LITTLE ROCK — The national Republican Party’s political action committee gave six Arkansas Legislature candidates some late financial support Wednesday in the hopes that the GOP will gain majorities in the state House and Senate for the first time since the Civil War.

During a news conference at state Republican headquarters in Little Rock, GOPAC President David Avella handed out $2,000 checks — the maximum allowable contribution — to three Senate candidates and three House candidates.

The GOP’s effort to win both houses was weakened this month when two incumbent state representatives and a former legislator who is challenging a Democrat drew strident criticism for racially-charged writings. The state Republican Party said it would no longer provide financial support to those candidates.

Democrats, including Gov. Mike Beebe, have also criticized state Republicans for accepting support from outside groups, such as the conservative advocacy group Americans for Prosperity.

GOPAC, which works to train Republicans how to win elections and sometimes helps finance their campaigns, sees an opportunity in Arkansas to tilt the Legislature completely to the GOP, said its president, David Avella.

"There is no state higher in our priority list than this state right here," Avella said.

State Republican Party Chairman Doyle Webb said $2,000 can make a big difference, even with less than three weeks to go before Election Day. Candidates can spend it on newspaper or television ads, or on campaign mailings.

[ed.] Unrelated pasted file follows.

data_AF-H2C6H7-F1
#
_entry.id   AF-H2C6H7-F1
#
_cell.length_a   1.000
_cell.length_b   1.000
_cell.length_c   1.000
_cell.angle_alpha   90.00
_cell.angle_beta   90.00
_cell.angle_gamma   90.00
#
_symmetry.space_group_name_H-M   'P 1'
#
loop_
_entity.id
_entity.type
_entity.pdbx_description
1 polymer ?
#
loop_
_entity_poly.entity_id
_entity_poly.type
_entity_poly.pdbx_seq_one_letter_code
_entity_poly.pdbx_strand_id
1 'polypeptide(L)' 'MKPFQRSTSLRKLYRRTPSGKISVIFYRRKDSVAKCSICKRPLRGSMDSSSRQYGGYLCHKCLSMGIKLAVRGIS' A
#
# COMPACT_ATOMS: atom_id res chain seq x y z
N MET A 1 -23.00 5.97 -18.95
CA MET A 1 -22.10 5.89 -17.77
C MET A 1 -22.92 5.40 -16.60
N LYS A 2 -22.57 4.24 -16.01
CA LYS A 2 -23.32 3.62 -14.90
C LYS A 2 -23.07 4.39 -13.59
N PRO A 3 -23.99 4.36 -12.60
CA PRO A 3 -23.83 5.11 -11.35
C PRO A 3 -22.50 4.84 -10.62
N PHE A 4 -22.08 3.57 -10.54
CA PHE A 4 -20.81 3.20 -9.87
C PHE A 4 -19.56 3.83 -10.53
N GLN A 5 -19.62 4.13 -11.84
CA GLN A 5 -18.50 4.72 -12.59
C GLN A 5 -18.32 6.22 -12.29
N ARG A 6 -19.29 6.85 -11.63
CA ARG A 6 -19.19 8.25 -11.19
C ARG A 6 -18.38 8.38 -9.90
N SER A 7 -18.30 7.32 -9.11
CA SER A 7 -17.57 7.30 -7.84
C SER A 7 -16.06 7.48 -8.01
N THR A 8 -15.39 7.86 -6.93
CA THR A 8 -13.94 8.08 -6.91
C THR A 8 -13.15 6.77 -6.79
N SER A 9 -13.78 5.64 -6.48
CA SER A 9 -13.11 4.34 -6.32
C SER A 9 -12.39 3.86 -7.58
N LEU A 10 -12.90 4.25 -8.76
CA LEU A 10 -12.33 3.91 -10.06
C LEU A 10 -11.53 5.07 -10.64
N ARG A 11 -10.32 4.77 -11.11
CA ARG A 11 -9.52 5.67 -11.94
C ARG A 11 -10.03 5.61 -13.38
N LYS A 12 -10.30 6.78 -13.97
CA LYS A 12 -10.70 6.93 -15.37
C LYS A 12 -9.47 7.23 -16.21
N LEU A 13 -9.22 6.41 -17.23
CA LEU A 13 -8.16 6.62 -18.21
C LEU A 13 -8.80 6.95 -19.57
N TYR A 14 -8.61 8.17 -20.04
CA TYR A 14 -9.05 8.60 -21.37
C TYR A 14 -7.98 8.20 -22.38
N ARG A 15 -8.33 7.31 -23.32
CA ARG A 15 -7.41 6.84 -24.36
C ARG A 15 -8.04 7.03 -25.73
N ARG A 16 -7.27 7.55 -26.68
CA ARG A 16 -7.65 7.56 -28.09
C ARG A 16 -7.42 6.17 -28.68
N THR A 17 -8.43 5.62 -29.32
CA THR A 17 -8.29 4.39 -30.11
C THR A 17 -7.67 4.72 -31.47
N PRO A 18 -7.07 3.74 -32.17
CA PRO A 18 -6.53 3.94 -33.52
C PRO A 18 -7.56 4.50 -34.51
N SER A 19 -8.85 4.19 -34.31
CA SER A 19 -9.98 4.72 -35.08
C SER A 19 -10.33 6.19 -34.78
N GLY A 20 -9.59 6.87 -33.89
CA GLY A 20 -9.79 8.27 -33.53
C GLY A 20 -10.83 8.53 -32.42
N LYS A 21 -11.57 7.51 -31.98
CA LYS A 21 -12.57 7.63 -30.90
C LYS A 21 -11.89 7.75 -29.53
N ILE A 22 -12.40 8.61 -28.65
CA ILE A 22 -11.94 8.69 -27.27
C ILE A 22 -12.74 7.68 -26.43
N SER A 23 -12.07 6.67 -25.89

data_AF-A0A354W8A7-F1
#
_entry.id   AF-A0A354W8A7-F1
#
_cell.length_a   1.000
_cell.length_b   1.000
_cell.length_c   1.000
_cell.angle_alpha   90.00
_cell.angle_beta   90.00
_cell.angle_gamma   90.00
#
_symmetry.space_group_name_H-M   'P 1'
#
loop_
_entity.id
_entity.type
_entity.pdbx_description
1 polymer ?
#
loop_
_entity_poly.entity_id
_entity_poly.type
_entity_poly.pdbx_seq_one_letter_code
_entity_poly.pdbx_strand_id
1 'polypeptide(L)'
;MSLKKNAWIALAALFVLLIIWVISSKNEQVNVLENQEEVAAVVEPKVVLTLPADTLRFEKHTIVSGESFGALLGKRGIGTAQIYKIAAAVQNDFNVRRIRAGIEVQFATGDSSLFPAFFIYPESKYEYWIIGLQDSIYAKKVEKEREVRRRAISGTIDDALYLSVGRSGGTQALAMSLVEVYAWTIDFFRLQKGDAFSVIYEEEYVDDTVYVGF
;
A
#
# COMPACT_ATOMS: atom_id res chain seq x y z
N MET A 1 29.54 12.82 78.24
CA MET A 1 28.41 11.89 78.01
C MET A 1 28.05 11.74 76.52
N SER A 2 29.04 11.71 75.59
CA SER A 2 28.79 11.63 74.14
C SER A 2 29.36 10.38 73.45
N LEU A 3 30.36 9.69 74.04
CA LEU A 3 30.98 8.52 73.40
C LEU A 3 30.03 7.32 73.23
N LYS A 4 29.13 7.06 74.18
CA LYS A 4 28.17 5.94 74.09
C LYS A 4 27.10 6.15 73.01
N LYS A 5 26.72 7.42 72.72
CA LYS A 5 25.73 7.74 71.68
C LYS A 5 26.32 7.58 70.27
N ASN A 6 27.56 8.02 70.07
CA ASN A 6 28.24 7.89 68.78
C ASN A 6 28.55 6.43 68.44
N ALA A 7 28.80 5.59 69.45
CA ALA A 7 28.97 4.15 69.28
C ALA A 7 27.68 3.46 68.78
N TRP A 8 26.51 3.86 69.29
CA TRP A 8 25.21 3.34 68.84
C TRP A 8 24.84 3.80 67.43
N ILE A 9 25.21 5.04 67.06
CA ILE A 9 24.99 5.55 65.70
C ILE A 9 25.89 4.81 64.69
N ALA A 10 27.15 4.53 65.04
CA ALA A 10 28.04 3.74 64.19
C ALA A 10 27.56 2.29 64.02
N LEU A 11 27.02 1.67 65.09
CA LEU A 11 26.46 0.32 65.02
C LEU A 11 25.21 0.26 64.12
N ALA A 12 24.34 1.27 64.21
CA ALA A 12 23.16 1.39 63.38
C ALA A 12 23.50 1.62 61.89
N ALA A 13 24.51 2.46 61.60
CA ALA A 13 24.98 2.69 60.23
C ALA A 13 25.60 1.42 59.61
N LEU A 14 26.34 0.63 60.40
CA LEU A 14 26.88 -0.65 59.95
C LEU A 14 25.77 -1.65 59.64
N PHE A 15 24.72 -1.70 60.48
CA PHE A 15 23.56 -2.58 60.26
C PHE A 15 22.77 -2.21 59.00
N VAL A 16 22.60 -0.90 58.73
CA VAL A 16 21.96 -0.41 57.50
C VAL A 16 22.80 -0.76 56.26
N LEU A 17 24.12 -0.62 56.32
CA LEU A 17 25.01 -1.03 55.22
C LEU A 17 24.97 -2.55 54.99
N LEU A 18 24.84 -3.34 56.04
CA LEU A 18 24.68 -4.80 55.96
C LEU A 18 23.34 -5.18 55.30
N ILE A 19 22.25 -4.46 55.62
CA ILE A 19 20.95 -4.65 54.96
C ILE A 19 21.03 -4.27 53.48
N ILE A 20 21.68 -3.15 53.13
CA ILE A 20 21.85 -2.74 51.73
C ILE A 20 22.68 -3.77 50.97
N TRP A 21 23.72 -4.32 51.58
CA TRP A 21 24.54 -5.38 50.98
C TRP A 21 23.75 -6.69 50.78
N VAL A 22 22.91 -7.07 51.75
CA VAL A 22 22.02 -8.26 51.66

Arkansas Democratic Party spokeswoman Candace Martin said Republican candidates are bending to the will of outside groups.

"Some politicians want to make this election about everything that outside special interest groups are doing and what they want for Arkansas. While they’re focused on that, we’re focused on working with Gov. Beebe to continue his agenda of creating jobs, cutting taxes and balancing our state budget," Martin said. "And while members of the Republican Party were at a news conference about an outside interest group, Gov. Beebe is up announcing 350 new jobs that are coming to our state."

Beebe was in Rogers on Wednesday for the opening of a plastics recycling factory.

Avella said GOPAC is supporting good candidates, and that he thinks some of them could one day get elected to higher offices.

"At the end of the day ... bad candidates don’t get put in office," Avella said. "We want to do our part."

GOPAC is supporting Rep. Linda Collins-Smith of Pocahontas, who last year switched from the Democratic Party, in her Senate race against Sen. David Wyatt, D-Batesville. In other Senate races, the group is backing Rep. Jane English against Democratic Rep. Barry Hyde, both of North Little Rock, and Sen. Jason Rapert against Rep. Linda Tyler, both of Conway.

In House races, GOPAC is backing Rep. Allen Kerr in a hotly contested Little Rock race against Democrat Barbara Graves, a business owner. The group is also behind two GOP challengers against Democratic House incumbents — business owner Mary Bentley against Rep. John Catlett of Rover and educator Bill Gossage against Rep. Leslee Milam Post of Ozark.

Weakening its position to capture the House, the GOP has denounced writings by incumbent Reps. Jon Hubbard and Loy Mauch. Hubbard wrote in a self-published book that slavery was a "blessing in disguise" for African-Americans. Mauch, in letters to newspapers, defended the Confederacy and declared his belief that former President Abraham Lincoln was a war criminal.

Former Rep. Charlie Fuqua, who is challenging an incumbent Democrat in east Arkansas, wrote in a self-published book that he believes all Muslims should be deported.

Following a deluge of criticism from members of both parties, Hubbard wrote a letter to The Jonesboro Sun in which he compared Beebe and other Democrats to Nazis.